I initially encountered Noam Chomsky’s ideas in the school bookstore at Temple University, way back when I was getting my first Master’s Degree. We’re talking 21 years ago now! I remember it was after the first Gulf War and I was a bit befuddled by all the media hype around that conflict, and all the WW1 “The Huns are coming” style propaganda (babies bayoneted in cribs and such). Saddam had been a recipient of major US aid for so long, and had been a substantial military ally of the US, and suddenly he was Hitler. None of it made sense to me. Until I found Deterring Democracy at the Temple U bookstore on the Current Events shelf, that is. After reading it I “got” how the media works, how power works, how propaganda works. I continued to follow Noam’s political writing for the better part of 15 years. I delved substantially into his back catalog. I saw a few films about him. I saw him speak a few times, I corresponded with him once, and I even had a collection of his lectures on cassettes that I purchased from some dude in Maine.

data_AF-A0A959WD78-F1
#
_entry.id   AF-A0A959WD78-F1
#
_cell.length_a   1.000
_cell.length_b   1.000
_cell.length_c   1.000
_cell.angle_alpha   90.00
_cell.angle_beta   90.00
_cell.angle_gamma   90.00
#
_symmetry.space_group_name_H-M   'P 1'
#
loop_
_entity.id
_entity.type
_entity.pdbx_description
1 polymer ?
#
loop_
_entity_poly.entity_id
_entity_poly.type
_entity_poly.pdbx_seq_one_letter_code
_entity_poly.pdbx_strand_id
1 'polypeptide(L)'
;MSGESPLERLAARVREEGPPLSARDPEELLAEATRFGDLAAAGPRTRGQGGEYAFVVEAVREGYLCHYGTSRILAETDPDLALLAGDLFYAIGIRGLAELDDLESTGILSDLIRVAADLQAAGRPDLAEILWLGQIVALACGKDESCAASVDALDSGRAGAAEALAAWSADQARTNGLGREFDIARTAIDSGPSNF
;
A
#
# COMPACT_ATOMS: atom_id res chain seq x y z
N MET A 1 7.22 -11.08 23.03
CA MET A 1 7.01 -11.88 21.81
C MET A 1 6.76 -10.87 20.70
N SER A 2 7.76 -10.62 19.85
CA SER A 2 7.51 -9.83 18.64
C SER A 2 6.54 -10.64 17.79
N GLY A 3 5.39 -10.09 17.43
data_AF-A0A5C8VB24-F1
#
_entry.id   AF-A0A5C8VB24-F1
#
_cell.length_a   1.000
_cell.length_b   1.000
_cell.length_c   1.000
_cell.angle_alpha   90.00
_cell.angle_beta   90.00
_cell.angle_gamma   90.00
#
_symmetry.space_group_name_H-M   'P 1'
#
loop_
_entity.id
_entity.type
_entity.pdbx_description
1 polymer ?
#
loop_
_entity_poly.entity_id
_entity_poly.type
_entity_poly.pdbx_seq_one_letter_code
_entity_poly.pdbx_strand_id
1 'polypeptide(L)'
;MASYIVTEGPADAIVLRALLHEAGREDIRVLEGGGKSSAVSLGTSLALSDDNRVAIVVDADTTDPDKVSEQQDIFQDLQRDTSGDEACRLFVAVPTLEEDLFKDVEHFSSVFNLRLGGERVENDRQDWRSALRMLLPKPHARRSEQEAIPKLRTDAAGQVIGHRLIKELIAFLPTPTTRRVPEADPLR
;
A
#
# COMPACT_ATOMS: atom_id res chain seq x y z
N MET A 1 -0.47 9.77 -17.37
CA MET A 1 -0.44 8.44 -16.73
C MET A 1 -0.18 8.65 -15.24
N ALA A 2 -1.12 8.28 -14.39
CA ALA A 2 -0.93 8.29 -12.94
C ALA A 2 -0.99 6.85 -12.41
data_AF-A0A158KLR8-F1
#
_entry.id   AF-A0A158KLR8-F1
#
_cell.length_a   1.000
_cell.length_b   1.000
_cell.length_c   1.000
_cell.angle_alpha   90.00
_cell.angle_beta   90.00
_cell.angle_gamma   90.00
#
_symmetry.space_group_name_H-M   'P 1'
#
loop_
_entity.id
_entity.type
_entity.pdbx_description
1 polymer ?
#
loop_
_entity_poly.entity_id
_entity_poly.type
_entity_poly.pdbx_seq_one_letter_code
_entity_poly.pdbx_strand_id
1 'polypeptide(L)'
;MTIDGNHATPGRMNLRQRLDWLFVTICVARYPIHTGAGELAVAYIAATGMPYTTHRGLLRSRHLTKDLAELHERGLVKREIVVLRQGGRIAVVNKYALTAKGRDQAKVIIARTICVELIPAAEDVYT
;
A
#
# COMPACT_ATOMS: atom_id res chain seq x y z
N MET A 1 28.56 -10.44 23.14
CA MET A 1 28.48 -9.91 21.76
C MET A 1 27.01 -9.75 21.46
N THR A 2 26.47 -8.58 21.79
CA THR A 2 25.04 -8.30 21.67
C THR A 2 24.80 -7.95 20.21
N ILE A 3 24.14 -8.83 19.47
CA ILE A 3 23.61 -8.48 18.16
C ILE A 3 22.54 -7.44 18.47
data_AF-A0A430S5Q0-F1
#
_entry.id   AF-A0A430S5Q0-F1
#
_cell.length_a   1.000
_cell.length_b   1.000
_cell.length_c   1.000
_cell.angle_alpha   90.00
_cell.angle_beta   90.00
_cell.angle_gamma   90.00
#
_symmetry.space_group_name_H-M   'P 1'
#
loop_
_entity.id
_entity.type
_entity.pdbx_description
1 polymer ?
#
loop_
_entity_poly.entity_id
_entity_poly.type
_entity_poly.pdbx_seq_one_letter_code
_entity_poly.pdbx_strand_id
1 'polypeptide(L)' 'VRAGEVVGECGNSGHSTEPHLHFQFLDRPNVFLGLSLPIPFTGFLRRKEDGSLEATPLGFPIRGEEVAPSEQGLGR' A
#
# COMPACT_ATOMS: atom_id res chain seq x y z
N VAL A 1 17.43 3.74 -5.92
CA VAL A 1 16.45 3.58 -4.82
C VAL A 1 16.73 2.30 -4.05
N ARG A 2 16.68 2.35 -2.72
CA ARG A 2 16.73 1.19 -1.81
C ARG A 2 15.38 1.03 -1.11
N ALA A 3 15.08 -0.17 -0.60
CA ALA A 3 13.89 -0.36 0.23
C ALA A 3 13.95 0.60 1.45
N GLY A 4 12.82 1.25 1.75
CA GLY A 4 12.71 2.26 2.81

I only occasionally read his linguistics or scientific work, however. This work is the focus of Is The Man Who Is Tall Happy?, a clever little animated film by Michel Gondry. I really enjoyed the conversations about perception and language, about the origins of modern science, about those high-fallutin terms epistemology and semiotics. Chomsky’s recollections of his early education are always fascinating. And the animations were actually rather good, I thought. I put this little gem right up there with Waking Life as an animated film definitely worth seeing after eating special brownies. Or, when you happen to be sober but want some meaty brainiac stuff to churn over. And, if you hate Chomsky’s political beliefs, they are nearly absent from this film. All I know is I started watching this documentary in a profound state of depression, and by the end I was excited and happy to be alive and thinking!